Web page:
At a young age guitars are still too big. Keys and encouraging to sing would be the way to go. Keys demand the whole package but it's the easiest instrument to start on. Pick any wind or stringed instrument and it takes much effort to even make one decent note. Push down a note on a "piano" and you get instant.."hey that sounds good". (bonus points go to electronic pianos as they don't require maintenance/new reeds, strings etc. and never go out of tune.)

  18. #18
    Member
    Registered: May 2004
    Location: Canuckistan GWN
    And scales on a keyboard are linear whereas on wind, brass and strings they are achieved by what appears to be arbitrary finger positions.

    I haven't used this one but it has some cool educational and feedback features.

    https://www.amazon.com/ONE-Keyboard-.../dp/B016DOY9UI

  19. #19
    New Member
    Registered: Dec 2018
    Quote Originally Posted by McTaffer View Post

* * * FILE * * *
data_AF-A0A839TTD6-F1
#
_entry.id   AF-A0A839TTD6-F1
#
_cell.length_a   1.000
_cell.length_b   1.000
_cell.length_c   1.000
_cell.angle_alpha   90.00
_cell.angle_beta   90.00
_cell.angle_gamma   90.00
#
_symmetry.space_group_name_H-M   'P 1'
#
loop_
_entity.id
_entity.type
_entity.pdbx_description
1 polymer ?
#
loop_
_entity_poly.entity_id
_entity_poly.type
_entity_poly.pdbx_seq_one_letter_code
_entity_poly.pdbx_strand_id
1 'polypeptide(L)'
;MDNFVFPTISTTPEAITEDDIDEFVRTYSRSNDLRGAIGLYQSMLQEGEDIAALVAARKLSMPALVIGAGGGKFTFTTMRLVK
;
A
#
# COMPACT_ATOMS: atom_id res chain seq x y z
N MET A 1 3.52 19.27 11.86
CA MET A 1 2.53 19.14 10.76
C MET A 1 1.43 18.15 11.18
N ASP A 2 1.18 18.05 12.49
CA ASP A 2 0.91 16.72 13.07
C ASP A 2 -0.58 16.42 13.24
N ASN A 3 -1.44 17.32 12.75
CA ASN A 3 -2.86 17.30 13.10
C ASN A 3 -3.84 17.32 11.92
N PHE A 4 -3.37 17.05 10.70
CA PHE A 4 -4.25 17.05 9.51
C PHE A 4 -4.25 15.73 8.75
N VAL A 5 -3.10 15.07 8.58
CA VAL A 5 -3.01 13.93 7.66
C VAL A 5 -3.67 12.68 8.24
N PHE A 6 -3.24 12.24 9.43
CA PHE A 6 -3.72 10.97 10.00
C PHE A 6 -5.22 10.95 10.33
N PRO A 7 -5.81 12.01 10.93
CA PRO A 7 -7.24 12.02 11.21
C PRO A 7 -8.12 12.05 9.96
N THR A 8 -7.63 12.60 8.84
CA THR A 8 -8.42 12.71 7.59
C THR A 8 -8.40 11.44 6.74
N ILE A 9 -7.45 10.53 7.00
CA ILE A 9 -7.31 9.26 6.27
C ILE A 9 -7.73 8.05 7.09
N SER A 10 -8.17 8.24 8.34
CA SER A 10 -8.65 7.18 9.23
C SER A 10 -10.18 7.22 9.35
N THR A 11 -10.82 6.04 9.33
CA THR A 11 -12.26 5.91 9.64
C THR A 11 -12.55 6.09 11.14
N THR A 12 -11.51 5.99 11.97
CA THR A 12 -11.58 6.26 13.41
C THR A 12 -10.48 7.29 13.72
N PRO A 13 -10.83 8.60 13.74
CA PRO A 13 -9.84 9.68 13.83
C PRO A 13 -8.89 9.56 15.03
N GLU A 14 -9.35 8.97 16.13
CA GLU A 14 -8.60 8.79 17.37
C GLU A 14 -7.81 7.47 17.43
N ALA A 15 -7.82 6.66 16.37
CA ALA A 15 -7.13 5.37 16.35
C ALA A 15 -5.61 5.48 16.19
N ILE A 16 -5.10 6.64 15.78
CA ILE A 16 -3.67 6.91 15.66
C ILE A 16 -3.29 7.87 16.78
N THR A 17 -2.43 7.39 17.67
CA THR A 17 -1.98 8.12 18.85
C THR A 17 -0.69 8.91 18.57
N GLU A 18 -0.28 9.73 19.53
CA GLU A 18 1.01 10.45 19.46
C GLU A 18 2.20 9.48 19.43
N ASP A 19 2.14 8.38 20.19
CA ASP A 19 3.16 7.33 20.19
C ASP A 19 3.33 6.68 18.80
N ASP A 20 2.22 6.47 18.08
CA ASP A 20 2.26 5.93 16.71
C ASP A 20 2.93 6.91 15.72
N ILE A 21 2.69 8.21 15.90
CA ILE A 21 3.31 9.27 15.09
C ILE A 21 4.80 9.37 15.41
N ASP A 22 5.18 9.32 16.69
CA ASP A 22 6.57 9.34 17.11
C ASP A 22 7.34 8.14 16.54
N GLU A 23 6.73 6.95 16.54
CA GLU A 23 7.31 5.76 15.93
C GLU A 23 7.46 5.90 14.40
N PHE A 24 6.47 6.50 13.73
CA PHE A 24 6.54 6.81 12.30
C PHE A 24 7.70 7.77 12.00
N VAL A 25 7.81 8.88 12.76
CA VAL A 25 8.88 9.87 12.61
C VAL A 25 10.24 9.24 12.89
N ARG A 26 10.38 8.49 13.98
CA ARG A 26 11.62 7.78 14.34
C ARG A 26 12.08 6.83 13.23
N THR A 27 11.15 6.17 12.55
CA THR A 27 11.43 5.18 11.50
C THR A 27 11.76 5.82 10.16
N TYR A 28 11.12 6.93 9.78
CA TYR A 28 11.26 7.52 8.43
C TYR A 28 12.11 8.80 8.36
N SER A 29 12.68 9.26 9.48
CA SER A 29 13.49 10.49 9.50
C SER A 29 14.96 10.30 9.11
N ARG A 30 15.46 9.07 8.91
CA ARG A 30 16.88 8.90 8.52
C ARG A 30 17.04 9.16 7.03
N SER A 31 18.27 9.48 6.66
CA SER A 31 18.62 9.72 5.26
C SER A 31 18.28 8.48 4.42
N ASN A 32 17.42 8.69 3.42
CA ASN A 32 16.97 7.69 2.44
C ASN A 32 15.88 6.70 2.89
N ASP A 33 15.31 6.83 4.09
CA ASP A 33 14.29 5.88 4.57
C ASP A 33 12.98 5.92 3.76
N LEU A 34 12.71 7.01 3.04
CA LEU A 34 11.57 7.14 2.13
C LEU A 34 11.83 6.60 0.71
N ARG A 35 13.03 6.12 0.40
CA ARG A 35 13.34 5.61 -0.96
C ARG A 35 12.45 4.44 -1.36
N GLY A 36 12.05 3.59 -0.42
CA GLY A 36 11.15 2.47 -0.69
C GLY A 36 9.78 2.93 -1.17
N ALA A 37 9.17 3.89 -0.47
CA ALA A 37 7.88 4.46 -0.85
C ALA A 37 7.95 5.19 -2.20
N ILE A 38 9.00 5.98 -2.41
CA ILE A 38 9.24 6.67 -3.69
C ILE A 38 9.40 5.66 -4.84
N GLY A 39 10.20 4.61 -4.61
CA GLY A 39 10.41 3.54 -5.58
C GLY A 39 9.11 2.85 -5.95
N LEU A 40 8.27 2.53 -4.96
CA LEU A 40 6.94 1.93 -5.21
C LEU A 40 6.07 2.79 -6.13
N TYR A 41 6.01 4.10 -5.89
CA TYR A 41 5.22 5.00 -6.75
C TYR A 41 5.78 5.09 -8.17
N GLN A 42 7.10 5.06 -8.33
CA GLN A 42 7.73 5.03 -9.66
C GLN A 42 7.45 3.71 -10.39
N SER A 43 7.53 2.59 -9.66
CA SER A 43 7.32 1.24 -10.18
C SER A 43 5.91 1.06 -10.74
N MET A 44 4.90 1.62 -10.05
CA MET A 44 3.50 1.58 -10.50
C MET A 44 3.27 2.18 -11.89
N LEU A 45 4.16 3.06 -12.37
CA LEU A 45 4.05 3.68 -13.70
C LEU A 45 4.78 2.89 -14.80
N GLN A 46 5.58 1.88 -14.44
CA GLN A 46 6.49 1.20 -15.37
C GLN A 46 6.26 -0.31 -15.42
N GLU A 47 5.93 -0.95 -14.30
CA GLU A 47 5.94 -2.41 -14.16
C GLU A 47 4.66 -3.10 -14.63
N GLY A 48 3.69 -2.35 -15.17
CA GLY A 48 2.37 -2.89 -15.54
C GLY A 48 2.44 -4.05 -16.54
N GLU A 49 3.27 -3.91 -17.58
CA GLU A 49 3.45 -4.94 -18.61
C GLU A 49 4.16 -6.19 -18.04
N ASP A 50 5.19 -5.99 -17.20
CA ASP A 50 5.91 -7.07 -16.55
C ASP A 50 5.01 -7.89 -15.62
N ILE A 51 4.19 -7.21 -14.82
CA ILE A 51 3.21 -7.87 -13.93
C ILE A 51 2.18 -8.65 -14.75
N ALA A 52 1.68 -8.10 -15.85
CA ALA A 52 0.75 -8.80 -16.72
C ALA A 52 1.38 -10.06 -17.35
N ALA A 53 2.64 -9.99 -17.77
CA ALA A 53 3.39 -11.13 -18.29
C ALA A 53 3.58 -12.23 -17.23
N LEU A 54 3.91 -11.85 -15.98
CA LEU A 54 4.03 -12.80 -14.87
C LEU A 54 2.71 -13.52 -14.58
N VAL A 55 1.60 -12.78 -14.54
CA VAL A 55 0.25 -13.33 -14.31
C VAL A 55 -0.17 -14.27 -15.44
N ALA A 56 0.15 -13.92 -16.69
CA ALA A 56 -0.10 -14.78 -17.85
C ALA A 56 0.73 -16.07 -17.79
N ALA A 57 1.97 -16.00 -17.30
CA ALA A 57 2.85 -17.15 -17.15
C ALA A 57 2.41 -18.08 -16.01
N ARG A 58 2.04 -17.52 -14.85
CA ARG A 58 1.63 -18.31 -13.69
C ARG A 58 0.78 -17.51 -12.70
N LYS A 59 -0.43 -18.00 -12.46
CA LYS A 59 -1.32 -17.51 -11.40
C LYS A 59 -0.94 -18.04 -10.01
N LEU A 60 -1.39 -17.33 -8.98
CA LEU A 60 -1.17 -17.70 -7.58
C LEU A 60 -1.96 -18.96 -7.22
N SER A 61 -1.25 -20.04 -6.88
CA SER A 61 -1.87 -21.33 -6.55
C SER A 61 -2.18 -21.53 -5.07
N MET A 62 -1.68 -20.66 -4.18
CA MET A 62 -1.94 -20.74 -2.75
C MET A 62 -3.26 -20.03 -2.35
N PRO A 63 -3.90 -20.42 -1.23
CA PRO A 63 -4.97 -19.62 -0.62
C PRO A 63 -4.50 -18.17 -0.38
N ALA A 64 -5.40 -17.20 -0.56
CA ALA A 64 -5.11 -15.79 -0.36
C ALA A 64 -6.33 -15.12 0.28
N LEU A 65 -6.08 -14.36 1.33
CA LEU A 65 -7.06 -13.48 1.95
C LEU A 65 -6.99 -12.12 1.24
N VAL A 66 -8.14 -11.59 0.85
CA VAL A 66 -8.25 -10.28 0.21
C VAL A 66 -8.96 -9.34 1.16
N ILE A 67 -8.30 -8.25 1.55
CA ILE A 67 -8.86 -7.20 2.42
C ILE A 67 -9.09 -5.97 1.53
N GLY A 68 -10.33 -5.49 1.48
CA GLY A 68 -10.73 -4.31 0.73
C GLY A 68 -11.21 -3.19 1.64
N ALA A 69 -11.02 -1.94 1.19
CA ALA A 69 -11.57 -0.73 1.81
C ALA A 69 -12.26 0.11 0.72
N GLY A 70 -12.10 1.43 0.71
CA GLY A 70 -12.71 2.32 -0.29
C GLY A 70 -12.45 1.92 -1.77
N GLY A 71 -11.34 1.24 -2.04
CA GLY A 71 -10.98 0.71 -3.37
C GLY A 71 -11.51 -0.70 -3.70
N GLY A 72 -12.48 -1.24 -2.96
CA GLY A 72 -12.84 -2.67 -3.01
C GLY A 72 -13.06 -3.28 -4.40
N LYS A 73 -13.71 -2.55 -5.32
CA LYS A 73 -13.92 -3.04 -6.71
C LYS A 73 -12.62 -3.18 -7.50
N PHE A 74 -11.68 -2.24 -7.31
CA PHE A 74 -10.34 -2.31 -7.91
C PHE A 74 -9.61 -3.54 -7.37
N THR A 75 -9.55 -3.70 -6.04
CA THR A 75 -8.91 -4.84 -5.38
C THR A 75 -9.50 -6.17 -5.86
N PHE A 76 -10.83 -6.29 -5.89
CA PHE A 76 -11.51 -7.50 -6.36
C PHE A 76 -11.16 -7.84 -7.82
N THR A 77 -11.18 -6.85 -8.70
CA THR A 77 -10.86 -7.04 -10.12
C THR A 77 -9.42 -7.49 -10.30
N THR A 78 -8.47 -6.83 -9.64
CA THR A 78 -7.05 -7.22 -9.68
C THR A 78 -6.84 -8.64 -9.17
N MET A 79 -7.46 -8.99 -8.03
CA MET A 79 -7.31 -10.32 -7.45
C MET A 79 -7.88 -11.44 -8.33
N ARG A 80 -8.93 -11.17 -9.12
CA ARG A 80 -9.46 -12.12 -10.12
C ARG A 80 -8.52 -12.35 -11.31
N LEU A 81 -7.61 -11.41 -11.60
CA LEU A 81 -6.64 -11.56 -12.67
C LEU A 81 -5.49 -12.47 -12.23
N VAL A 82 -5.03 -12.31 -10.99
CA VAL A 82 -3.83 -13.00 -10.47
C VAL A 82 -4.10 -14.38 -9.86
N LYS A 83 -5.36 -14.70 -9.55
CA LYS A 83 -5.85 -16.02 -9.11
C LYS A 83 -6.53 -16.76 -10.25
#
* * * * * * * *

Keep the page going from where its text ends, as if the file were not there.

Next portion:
I think that on the whole, keyboard instruments (especially the piano) provide the most solid foundation for music education: you learn both physical coordination with your hands (and sometimes feet), ear training, and how to read sheet music. Theory is also incredibly important, but isn't the most popular part with kids. I know I hated it when I started learning, but I'm so happy that I did because my education means that I can pretty much play whatever I want. Pianos are also good in terms of beginning because they're tuned in the key of C, which doesn't naturally have any sharps or flats, therefore no mental transposition is required when switching keys in pieces; it just is what it says it is on the page. I've been playing the piano (and other keyboards at times) for the past 15 years and I wouldn't have it any other way. It's a process best done in lessons, though. A good piano teacher will give you proper technique and stomp out bad habits early on. Here in Canada, we have Music for Young Children, which I did as a kid. I don't know if there are any equivalents to it in other countries, but it was a good starting point. Otherwise, jumping straight to private lessons isn't a bad move either. In terms of purchasing, you shouldn't start with too small a keyboard, since that can severely limit your kid's options if she takes a real interest. A small keyboard isn't bad for absolute beginner pieces that only revolve around 3 octaves, but intermediate songs often start using more keys and you don't want to put yourself in a position of having to buy another instrument right away if she ever gets to a higher level. Other than the real piano my family has, my personal keyboard is a Casio WK-240, which has served me well, my only complaint being the lack of keys when I want to play something complicated and the fact that the keys are unweighted, which makes going back and forth between it and a real piano alienating.